The Collaborative International Dictionary of English v.0.48:
Span \Span\, n. [AS. spann; akin to D. span, OHG. spanna, G.
spanne, Icel. sp["o]nn. [root]170. See Span, v. t. ]
1. The space from the thumb to the end of the little finger
when extended; nine inches; eighth of a fathom.
2. Hence, a small space or a brief portion of time.
Yet not to earth's contracted span
Thy goodness let me bound. --Pope.
Life's but a span; I'll every inch enjoy.
3. The spread or extent of an arch between its abutments, or
of a beam, girder, truss, roof, bridge, or the like,
between its supports.
4. (Naut.) A rope having its ends made fast so that a
purchase can be hooked to the bight; also, a rope made
fast in the center so that both ends can be used.
5. [Cf. D. span, Sw. spann, Dan. spaend, G. gespann. See
Span, v. t. ] A pair of horses or other animals driven
together; usually, such a pair of horses when similar in
color, form, and action.
Span blocks (Naut.), blocks at the topmast and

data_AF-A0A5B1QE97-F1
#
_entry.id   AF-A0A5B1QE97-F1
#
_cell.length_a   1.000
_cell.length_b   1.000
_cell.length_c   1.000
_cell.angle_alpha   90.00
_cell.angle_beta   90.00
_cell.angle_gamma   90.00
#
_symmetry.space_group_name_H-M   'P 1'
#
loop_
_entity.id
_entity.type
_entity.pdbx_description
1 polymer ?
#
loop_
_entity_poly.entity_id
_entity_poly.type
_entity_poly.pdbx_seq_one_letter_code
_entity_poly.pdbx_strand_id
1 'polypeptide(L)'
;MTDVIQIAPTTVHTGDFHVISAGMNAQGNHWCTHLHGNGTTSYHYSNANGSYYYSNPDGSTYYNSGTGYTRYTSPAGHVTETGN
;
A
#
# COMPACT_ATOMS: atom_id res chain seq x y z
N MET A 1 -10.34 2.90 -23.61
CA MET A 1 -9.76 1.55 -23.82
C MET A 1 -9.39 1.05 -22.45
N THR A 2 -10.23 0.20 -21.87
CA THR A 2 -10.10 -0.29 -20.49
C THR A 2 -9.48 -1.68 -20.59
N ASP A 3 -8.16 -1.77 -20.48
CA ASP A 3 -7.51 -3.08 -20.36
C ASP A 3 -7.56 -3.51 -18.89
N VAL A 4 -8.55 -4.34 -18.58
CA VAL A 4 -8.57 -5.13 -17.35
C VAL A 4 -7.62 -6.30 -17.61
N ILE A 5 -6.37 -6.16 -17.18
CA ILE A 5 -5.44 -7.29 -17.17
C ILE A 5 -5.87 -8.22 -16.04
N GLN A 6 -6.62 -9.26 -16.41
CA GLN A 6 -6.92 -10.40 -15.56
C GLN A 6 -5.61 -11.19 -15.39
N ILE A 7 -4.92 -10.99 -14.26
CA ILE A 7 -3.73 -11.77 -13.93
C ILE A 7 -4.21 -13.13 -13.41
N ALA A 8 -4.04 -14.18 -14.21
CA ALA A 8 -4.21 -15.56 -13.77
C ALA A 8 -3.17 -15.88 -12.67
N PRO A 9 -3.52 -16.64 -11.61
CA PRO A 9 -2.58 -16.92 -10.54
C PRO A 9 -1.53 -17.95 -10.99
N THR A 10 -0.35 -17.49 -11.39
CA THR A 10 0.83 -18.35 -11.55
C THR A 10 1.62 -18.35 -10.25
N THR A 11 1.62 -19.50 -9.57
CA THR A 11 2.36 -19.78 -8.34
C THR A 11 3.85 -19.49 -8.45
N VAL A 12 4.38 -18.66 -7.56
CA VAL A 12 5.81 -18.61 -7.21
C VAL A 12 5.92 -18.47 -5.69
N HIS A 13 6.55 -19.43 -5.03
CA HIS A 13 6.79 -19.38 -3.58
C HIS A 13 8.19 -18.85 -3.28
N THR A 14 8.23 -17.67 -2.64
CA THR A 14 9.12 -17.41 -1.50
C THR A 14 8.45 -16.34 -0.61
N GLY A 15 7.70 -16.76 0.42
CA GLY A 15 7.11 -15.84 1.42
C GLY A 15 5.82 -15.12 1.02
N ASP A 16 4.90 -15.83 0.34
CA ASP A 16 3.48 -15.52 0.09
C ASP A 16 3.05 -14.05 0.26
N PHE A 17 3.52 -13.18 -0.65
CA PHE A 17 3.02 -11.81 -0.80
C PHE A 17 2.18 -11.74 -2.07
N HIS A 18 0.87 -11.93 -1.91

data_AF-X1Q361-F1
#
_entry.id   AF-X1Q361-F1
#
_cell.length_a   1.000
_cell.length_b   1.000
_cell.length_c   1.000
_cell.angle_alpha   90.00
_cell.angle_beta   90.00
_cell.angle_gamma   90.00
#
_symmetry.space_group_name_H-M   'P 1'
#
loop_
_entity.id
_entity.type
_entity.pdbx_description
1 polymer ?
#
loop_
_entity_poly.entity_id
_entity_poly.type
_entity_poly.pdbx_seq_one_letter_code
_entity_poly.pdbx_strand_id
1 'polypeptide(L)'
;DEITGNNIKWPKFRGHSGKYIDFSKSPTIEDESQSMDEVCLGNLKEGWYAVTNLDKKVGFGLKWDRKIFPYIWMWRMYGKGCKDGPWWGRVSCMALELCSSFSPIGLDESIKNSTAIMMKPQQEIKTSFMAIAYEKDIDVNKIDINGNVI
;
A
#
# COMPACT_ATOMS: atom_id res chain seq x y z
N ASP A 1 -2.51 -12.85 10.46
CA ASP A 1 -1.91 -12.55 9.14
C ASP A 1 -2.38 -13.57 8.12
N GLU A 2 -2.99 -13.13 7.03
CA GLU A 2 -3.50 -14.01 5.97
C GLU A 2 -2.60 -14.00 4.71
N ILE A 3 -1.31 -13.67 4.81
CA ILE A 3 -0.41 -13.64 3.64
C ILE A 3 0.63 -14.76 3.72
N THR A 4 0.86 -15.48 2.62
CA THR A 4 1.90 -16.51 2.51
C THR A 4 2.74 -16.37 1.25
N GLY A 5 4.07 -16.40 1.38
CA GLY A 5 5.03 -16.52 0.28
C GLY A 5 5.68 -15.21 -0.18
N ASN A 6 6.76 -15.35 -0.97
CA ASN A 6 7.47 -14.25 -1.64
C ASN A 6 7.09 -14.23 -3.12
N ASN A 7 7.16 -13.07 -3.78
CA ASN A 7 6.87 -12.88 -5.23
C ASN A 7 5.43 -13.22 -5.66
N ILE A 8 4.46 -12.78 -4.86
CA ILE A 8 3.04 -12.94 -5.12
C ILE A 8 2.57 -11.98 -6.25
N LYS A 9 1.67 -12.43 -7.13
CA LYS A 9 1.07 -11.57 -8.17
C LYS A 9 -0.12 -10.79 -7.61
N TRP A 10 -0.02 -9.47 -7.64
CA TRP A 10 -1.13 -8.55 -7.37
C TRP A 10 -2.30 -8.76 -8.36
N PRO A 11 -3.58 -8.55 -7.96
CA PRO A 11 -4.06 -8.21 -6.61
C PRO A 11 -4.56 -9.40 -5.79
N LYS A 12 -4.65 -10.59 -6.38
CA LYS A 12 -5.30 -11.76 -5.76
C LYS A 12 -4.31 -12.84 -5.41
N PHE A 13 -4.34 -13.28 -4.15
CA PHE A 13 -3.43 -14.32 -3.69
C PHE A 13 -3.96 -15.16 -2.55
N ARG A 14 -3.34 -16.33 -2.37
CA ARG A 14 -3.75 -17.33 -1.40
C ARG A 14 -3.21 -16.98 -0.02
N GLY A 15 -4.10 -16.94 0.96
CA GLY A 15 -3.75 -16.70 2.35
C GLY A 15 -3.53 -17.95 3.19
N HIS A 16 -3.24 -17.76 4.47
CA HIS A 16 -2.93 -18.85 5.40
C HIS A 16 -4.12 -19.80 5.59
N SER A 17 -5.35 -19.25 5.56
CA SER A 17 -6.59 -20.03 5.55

topgallant-mast heads, for the studding-sail halyards.
Span counter, an old English child's game, in which one
throws a counter on the ground, and another tries to hit
it with his counter, or to get his counter so near it that
he can span the space between them, and touch both the
counters. --Halliwell. "Henry V., in whose time boys went
to span counter for French crowns." --Shak.
Span iron (Naut.), a special kind of harpoon, usually
secured just below the gunwale of a whaleboat.
Span roof, a common roof, having two slopes and one ridge,
with eaves on both sides. --Gwilt.
Span shackle (Naut.), a large bolt driven through the
forecastle deck, with a triangular shackle in the head to
receive the heel of the old-fashioned fish davit. --Ham.